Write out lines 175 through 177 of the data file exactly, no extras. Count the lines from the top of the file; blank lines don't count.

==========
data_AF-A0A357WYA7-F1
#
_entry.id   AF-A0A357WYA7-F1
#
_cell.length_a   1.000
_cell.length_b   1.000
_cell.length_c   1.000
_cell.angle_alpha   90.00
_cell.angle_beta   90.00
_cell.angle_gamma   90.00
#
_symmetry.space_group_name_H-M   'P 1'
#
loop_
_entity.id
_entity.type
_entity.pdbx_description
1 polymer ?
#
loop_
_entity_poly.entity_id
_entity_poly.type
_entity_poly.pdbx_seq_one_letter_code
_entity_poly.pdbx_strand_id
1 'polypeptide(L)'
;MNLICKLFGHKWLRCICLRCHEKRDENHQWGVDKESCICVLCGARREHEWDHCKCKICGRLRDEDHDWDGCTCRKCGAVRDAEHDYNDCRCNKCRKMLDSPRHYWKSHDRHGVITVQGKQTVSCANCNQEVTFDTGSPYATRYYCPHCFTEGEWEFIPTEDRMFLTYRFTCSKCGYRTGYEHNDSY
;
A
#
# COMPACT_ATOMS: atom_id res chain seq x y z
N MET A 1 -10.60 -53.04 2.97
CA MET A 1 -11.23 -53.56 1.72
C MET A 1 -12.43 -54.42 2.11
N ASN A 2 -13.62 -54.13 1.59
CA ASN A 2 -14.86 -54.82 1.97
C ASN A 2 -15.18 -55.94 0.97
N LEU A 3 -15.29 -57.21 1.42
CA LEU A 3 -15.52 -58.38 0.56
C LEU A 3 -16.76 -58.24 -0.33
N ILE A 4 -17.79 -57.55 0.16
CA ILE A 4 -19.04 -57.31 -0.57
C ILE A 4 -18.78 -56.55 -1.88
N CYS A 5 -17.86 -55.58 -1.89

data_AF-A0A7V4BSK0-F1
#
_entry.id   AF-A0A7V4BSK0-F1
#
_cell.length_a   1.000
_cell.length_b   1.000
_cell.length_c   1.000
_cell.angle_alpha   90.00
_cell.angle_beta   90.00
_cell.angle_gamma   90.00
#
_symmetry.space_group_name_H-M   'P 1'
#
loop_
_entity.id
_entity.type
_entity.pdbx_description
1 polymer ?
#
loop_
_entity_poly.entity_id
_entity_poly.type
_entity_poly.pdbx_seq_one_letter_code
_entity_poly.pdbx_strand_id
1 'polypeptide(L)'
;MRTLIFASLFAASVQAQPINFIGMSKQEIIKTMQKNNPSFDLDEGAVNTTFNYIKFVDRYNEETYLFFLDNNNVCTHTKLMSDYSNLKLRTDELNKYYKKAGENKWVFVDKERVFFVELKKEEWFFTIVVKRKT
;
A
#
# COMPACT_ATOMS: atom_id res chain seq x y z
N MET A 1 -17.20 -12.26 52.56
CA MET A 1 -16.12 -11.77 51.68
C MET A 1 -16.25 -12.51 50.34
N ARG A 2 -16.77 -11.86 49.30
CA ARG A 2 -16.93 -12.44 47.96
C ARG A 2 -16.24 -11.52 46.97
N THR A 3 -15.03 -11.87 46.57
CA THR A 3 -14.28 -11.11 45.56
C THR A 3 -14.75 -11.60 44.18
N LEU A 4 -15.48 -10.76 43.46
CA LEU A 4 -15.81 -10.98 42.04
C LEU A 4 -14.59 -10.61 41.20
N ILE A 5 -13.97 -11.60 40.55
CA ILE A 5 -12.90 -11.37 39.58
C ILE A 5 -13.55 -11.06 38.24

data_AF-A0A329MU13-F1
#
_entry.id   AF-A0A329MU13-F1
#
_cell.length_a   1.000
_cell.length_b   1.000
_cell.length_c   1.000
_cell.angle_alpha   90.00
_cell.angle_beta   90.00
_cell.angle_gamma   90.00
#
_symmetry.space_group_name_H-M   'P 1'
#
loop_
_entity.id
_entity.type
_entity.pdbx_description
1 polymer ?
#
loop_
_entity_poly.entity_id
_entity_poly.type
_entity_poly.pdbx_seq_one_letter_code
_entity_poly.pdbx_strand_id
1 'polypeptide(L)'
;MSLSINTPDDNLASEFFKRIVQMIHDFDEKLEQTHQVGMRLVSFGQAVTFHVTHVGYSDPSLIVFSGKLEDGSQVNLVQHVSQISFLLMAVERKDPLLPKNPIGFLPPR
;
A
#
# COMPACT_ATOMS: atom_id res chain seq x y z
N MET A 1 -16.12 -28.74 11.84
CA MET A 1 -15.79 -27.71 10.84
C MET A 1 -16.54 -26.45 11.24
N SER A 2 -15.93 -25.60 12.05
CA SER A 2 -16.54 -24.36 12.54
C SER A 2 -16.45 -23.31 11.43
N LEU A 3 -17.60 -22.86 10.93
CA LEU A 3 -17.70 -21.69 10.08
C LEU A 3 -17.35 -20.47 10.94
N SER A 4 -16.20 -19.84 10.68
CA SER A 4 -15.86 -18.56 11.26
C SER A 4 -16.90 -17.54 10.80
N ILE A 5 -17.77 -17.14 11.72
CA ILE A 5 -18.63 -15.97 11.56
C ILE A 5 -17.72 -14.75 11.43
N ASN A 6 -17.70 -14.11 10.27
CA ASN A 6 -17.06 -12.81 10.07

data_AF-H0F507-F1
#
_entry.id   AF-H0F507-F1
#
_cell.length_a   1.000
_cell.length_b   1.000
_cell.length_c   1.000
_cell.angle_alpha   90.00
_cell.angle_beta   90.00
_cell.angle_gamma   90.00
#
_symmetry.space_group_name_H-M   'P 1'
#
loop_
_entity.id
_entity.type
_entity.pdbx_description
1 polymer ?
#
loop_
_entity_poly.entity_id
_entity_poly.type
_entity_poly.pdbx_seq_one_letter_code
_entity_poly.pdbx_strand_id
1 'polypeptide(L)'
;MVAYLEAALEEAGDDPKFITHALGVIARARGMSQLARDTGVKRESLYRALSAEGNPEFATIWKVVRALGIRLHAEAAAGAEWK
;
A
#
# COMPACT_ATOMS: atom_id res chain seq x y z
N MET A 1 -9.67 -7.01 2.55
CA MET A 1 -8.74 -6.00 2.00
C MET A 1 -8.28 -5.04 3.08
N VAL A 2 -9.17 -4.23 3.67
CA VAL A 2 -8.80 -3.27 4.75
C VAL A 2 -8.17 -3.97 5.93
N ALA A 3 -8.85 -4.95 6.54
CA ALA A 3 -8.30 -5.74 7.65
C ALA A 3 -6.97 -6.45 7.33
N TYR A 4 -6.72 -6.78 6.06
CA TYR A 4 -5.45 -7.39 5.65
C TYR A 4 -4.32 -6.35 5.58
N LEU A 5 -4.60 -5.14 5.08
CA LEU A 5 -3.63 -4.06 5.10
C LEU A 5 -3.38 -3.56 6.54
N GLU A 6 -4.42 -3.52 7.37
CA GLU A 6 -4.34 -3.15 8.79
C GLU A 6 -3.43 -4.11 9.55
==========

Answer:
N TYR A 4 -6.72 -6.78 6.06
CA TYR A 4 -5.45 -7.39 5.65
C TYR A 4 -4.32 -6.35 5.58